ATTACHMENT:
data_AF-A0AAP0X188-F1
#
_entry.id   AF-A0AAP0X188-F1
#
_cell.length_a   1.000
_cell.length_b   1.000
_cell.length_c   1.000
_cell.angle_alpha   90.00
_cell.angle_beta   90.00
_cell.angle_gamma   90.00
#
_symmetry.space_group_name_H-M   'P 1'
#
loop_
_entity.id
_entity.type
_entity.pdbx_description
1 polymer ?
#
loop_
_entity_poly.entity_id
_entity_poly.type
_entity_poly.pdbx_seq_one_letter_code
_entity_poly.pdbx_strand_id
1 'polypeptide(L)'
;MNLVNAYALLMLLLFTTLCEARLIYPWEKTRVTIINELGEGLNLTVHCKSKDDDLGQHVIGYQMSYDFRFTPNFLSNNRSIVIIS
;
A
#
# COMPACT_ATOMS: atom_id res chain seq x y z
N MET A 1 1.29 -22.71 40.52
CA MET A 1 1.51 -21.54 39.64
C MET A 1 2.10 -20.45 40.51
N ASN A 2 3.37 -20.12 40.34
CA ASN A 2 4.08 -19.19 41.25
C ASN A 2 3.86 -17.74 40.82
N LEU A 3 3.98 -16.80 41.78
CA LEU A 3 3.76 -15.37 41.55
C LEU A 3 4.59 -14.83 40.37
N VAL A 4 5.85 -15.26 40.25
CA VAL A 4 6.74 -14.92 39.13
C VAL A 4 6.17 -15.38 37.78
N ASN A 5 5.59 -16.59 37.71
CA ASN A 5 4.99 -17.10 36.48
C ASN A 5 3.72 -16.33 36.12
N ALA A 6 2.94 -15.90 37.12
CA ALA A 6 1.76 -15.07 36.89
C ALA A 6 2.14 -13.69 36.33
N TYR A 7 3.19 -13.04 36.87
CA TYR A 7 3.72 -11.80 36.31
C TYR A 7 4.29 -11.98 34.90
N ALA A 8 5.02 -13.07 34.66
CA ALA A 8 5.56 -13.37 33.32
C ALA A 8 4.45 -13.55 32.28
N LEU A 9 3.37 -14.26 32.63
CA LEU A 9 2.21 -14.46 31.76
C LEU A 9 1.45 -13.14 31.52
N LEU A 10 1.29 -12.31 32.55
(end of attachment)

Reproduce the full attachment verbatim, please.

data_AF-A0AAP0X188-F1
#
_entry.id   AF-A0AAP0X188-F1
#
_cell.length_a   1.000
_cell.length_b   1.000
_cell.length_c   1.000
_cell.angle_alpha   90.00
_cell.angle_beta   90.00
_cell.angle_gamma   90.00
#
_symmetry.space_group_name_H-M   'P 1'
#
loop_
_entity.id
_entity.type
_entity.pdbx_description
1 polymer ?
#
loop_
_entity_poly.entity_id
_entity_poly.type
_entity_poly.pdbx_seq_one_letter_code
_entity_poly.pdbx_strand_id
1 'polypeptide(L)'
;MNLVNAYALLMLLLFTTLCEARLIYPWEKTRVTIINELGEGLNLTVHCKSKDDDLGQHVIGYQMSYDFRFTPNFLSNNRSIVIIS
;
A
#
# COMPACT_ATOMS: atom_id res chain seq x y z
N MET A 1 1.29 -22.71 40.52
CA MET A 1 1.51 -21.54 39.64
C MET A 1 2.10 -20.45 40.51
N ASN A 2 3.37 -20.12 40.34
CA ASN A 2 4.08 -19.19 41.25
C ASN A 2 3.86 -17.74 40.82
N LEU A 3 3.98 -16.80 41.78
CA LEU A 3 3.76 -15.37 41.55
C LEU A 3 4.59 -14.83 40.37
N VAL A 4 5.85 -15.26 40.25
CA VAL A 4 6.74 -14.92 39.13
C VAL A 4 6.17 -15.38 37.78
N ASN A 5 5.59 -16.59 37.71
CA ASN A 5 4.99 -17.10 36.48
C ASN A 5 3.72 -16.33 36.12
N ALA A 6 2.94 -15.90 37.12
CA ALA A 6 1.76 -15.07 36.89
C ALA A 6 2.14 -13.69 36.33
N TYR A 7 3.19 -13.04 36.87
CA TYR A 7 3.72 -11.80 36.31
C TYR A 7 4.29 -11.98 34.90
N ALA A 8 5.02 -13.07 34.66
CA ALA A 8 5.56 -13.37 33.32
C ALA A 8 4.45 -13.55 32.28
N LEU A 9 3.37 -14.26 32.63
CA LEU A 9 2.21 -14.46 31.76
C LEU A 9 1.45 -13.14 31.52
N LEU A 10 1.29 -12.31 32.55